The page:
On the other hand, I have seen some passengers slink to the buffet service on the last evening, staying away from the formal dining room simply to avoid tipping their waiters. This really irritates me! If you have been receiving poor service from your waiter, you should address this with the head waiter as soon as it is noticed. Don't tolerate poor service for the entire cruise and then complain about it after. And don't accept good service and then avoid tipping your waiter. It is simply not civilized.

As for your room steward, you can tip them in one of two ways: by giving them 50% of the tip at the beginning of the cruise (this sometimes gets you better service), and a bit more than 50% at the end; or by tipping the entire amount on the last evening of the cruise. Again, this should be done in person, with a handshake and a friendly word. In all cases, if you believe you have been given extraordinary service, let the management of the line know. Letters of praise can do very good things for a room steward's or waiter's career with the line.

 

That covers tipping for week-long service, leaving only "one-time" services such as bar tending, delivery of drinks, room service or portage. The common tip for carrying your bags ("portage") is one or two dollars per bag. If you decide to surprise your wife with an in-cabin candlelight dinner, or just order coffee for breakfast, someone from the service staff will bring it to your cabin. The usual, minimum tip for such service is two dollars. Consider getting a stack of two dollar bills from the bank for this purpose. It will get you remembered, it reduces your wad of cash a bit, and it will ensure that you always have small bills for tipping. Remember that once aboard you will not be using cash and therefore will not be breaking your big bills into smaller ones all the time. This explains why one room service waiter will never forget me. When he arrived one morning with a breakfast tray, the smallest bill I could find was a twenty. I must say that I got extremely prompt room service for the rest of that particular cruise.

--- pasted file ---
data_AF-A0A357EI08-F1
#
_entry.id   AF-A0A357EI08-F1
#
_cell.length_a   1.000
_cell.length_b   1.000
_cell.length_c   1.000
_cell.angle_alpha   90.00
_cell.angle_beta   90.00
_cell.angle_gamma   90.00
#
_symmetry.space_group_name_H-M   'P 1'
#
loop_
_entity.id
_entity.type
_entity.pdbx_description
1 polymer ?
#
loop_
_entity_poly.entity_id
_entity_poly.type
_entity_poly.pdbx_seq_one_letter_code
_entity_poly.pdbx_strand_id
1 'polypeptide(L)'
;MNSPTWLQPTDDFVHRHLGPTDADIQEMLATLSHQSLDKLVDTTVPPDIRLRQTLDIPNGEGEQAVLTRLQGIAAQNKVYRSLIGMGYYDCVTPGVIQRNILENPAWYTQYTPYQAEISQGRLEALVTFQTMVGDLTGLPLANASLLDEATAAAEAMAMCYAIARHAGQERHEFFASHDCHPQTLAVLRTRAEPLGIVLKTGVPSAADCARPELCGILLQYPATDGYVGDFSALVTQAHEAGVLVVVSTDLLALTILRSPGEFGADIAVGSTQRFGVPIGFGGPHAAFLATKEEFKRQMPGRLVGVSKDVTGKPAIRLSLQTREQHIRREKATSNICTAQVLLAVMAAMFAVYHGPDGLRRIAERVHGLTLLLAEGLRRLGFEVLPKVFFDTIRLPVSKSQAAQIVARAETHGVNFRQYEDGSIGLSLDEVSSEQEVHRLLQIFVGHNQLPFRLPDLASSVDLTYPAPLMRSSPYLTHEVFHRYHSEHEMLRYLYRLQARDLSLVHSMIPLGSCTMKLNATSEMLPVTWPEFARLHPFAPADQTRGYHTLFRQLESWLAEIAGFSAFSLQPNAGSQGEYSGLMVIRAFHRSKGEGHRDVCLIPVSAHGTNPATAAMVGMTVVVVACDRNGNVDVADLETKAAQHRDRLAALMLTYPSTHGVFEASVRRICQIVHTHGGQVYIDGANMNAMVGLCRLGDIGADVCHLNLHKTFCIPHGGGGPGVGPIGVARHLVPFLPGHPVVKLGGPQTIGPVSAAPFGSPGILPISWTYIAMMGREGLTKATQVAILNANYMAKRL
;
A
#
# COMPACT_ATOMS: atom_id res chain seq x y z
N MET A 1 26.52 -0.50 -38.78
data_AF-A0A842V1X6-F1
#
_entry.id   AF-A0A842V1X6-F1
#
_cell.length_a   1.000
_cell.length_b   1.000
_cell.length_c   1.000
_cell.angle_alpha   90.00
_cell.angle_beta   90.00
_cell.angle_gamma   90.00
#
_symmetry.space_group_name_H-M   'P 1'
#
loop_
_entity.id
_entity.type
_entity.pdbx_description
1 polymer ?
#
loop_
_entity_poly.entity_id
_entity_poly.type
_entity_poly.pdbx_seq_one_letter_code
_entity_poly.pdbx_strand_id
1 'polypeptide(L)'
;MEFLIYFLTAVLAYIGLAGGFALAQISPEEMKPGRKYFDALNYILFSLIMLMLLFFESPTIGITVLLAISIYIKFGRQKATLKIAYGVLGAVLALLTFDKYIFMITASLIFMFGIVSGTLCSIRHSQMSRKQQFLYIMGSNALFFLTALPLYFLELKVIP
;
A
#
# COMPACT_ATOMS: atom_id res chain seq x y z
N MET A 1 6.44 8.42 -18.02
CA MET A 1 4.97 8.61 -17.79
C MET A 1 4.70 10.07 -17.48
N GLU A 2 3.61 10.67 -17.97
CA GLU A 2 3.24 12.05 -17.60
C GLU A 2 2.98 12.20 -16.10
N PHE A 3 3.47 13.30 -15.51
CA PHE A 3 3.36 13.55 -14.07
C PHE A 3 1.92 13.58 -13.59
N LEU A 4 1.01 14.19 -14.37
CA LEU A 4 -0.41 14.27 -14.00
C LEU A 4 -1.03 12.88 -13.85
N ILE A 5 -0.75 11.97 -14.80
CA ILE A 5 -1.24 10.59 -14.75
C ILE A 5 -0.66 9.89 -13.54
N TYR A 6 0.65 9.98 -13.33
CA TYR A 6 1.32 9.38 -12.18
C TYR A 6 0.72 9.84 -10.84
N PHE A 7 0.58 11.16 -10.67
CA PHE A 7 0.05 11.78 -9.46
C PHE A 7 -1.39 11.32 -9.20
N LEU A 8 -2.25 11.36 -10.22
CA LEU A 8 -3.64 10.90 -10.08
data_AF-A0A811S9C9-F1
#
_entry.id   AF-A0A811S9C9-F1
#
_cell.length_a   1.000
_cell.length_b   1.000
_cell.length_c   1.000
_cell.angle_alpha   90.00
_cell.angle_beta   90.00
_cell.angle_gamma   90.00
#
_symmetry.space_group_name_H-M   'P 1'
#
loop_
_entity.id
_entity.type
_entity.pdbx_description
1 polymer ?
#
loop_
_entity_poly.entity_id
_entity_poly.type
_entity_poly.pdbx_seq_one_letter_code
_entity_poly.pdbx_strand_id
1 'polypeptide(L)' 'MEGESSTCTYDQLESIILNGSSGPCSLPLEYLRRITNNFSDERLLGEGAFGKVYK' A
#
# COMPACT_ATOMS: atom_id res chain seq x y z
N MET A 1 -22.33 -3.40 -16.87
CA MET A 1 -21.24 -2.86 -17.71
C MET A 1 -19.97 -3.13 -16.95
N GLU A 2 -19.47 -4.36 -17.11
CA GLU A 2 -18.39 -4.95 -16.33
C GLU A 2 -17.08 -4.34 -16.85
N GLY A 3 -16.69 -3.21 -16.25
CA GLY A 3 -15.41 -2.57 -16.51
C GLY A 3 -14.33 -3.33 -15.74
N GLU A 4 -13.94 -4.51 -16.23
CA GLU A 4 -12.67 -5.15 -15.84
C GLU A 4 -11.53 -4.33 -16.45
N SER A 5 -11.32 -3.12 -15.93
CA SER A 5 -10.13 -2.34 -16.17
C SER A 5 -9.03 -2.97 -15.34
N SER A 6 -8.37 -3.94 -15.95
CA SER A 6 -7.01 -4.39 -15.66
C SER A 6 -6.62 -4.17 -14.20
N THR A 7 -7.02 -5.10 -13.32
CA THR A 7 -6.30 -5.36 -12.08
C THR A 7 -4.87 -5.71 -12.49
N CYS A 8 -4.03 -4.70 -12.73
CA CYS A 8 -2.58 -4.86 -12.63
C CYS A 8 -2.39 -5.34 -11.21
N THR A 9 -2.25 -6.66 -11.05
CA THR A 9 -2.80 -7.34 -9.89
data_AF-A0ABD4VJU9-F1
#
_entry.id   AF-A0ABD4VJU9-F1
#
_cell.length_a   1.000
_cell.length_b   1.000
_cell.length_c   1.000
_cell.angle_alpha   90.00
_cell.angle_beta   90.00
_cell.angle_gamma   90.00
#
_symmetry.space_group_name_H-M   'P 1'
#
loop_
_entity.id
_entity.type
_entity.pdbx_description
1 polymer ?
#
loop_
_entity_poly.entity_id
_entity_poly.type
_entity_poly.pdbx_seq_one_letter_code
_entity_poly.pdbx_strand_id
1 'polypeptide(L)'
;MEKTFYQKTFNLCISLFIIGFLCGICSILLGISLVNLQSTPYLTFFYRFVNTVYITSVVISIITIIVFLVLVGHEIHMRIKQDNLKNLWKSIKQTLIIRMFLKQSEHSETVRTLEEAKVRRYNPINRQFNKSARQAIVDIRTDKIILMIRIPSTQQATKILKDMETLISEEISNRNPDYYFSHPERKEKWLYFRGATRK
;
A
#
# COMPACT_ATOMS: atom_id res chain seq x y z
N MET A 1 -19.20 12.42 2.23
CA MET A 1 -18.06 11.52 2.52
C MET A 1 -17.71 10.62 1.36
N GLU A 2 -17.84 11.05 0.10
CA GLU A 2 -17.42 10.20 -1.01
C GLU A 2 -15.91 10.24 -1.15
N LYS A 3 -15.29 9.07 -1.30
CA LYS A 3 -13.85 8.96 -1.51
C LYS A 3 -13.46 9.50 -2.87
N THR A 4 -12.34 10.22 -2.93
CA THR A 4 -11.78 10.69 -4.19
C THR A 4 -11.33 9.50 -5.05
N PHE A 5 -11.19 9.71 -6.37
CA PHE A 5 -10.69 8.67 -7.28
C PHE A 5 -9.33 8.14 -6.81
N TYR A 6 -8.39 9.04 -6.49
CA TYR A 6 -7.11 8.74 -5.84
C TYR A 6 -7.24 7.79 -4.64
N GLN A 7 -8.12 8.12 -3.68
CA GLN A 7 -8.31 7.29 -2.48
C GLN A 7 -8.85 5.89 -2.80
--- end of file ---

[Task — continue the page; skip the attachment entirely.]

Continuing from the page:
You don't need to tip your bartender, wine steward or bar waiter. Why? Check your charge slip the next time you order a drink. You will note that there is a 15% surcharge added to every drink for gratuity. Again, if you establish a friendly relationship with a particular bartender and he or she provides excellent service, don't be afraid to give them a tip at the end of the cruise.

Finally, on certain lines you do pay for service staff salaries as part of your cruise fare. Lines like Seabourn and Silversea do not require tipping. Of course, once you pay the tariff, you will see why all is included.

That's it for the hot tips on tipping. Happy cruising.

Line

Brent BetitBrent Betit is a freelance writer who lives in Vermont with his wife and two young children. This article is his latest in his SeaLetter "The Complete Cruiser" series.

Brent has written many SeaLetter columns on such subjects as sea-going language, cruising with kids and cruise etiquette. To find all of Brent's SeaLetter columns and cruise reviews, use the SeaLetter Search Engine entering "Brent Betit" as your search phrase.

Brent is always interested in your comments and suggestions and may be reached at: Brent@sealetter.com.